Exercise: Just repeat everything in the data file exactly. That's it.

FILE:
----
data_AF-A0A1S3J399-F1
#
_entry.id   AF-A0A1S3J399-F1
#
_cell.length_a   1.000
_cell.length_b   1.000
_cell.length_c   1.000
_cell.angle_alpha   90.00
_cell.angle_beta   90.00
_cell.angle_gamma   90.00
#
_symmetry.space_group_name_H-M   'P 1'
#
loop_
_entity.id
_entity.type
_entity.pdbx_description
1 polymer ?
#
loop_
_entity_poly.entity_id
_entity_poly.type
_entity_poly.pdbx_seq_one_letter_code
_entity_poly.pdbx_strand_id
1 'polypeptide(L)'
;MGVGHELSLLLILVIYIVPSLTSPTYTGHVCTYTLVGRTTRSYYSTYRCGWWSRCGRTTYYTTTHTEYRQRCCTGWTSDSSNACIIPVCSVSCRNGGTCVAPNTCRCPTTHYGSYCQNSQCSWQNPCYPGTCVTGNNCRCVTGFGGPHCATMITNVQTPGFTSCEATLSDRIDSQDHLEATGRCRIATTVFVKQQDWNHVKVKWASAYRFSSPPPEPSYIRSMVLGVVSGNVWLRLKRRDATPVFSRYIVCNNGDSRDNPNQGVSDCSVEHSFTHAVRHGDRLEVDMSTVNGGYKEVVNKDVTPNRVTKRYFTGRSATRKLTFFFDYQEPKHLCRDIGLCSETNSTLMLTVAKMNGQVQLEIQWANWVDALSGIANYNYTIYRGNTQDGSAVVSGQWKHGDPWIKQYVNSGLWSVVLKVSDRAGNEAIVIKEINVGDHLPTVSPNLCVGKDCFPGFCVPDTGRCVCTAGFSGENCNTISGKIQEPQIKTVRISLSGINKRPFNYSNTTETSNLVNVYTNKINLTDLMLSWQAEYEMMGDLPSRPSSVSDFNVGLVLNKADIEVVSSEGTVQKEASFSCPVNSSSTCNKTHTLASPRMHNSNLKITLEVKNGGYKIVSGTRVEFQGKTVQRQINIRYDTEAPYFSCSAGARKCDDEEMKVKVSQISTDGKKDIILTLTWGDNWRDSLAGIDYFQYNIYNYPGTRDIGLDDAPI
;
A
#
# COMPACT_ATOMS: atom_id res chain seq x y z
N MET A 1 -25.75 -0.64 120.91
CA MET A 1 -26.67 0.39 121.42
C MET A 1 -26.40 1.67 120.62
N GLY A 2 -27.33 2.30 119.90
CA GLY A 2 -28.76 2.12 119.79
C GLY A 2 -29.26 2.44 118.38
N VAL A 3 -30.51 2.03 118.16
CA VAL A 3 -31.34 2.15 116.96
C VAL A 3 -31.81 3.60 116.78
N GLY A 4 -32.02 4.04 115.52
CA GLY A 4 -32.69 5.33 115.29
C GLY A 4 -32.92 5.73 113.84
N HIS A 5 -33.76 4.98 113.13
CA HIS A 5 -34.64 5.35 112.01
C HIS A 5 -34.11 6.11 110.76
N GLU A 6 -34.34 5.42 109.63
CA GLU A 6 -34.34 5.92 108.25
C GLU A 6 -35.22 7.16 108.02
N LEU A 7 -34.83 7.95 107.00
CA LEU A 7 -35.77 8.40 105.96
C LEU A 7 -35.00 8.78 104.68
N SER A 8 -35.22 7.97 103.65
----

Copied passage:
data_AF-A0A1S3J399-F1
#
_entry.id   AF-A0A1S3J399-F1
#
_cell.length_a   1.000
_cell.length_b   1.000
_cell.length_c   1.000
_cell.angle_alpha   90.00
_cell.angle_beta   90.00
_cell.angle_gamma   90.00
#
_symmetry.space_group_name_H-M   'P 1'
#
loop_
_entity.id
_entity.type
_entity.pdbx_description
1 polymer ?
#
loop_
_entity_poly.entity_id
_entity_poly.type
_entity_poly.pdbx_seq_one_letter_code
_entity_poly.pdbx_strand_id
1 'polypeptide(L)'
;MGVGHELSLLLILVIYIVPSLTSPTYTGHVCTYTLVGRTTRSYYSTYRCGWWSRCGRTTYYTTTHTEYRQRCCTGWTSDSSNACIIPVCSVSCRNGGTCVAPNTCRCPTTHYGSYCQNSQCSWQNPCYPGTCVTGNNCRCVTGFGGPHCATMITNVQTPGFTSCEATLSDRIDSQDHLEATGRCRIATTVFVKQQDWNHVKVKWASAYRFSSPPPEPSYIRSMVLGVVSGNVWLRLKRRDATPVFSRYIVCNNGDSRDNPNQGVSDCSVEHSFTHAVRHGDRLEVDMSTVNGGYKEVVNKDVTPNRVTKRYFTGRSATRKLTFFFDYQEPKHLCRDIGLCSETNSTLMLTVAKMNGQVQLEIQWANWVDALSGIANYNYTIYRGNTQDGSAVVSGQWKHGDPWIKQYVNSGLWSVVLKVSDRAGNEAIVIKEINVGDHLPTVSPNLCVGKDCFPGFCVPDTGRCVCTAGFSGENCNTISGKIQEPQIKTVRISLSGINKRPFNYSNTTETSNLVNVYTNKINLTDLMLSWQAEYEMMGDLPSRPSSVSDFNVGLVLNKADIEVVSSEGTVQKEASFSCPVNSSSTCNKTHTLASPRMHNSNLKITLEVKNGGYKIVSGTRVEFQGKTVQRQINIRYDTEAPYFSCSAGARKCDDEEMKVKVSQISTDGKKDIILTLTWGDNWRDSLAGIDYFQYNIYNYPGTRDIGLDDAPI
;
A
#
# COMPACT_ATOMS: atom_id res chain seq x y z
N MET A 1 -25.75 -0.64 120.91
CA MET A 1 -26.67 0.39 121.42
C MET A 1 -26.40 1.67 120.62
N GLY A 2 -27.33 2.30 119.90
CA GLY A 2 -28.76 2.12 119.79
C GLY A 2 -29.26 2.44 118.38
N VAL A 3 -30.51 2.03 118.16
CA VAL A 3 -31.34 2.15 116.96
C VAL A 3 -31.81 3.60 116.78
N GLY A 4 -32.02 4.04 115.52
CA GLY A 4 -32.69 5.33 115.29
C GLY A 4 -32.92 5.73 113.84
N HIS A 5 -33.76 4.98 113.13
CA HIS A 5 -34.64 5.35 112.01
C HIS A 5 -34.11 6.11 110.76
N GLU A 6 -34.34 5.42 109.63
CA GLU A 6 -34.34 5.92 108.25
C GLU A 6 -35.22 7.16 108.02
N LEU A 7 -34.83 7.95 107.00
CA LEU A 7 -35.77 8.40 105.96
C LEU A 7 -35.00 8.78 104.68
N SER A 8 -35.22 7.97 103.65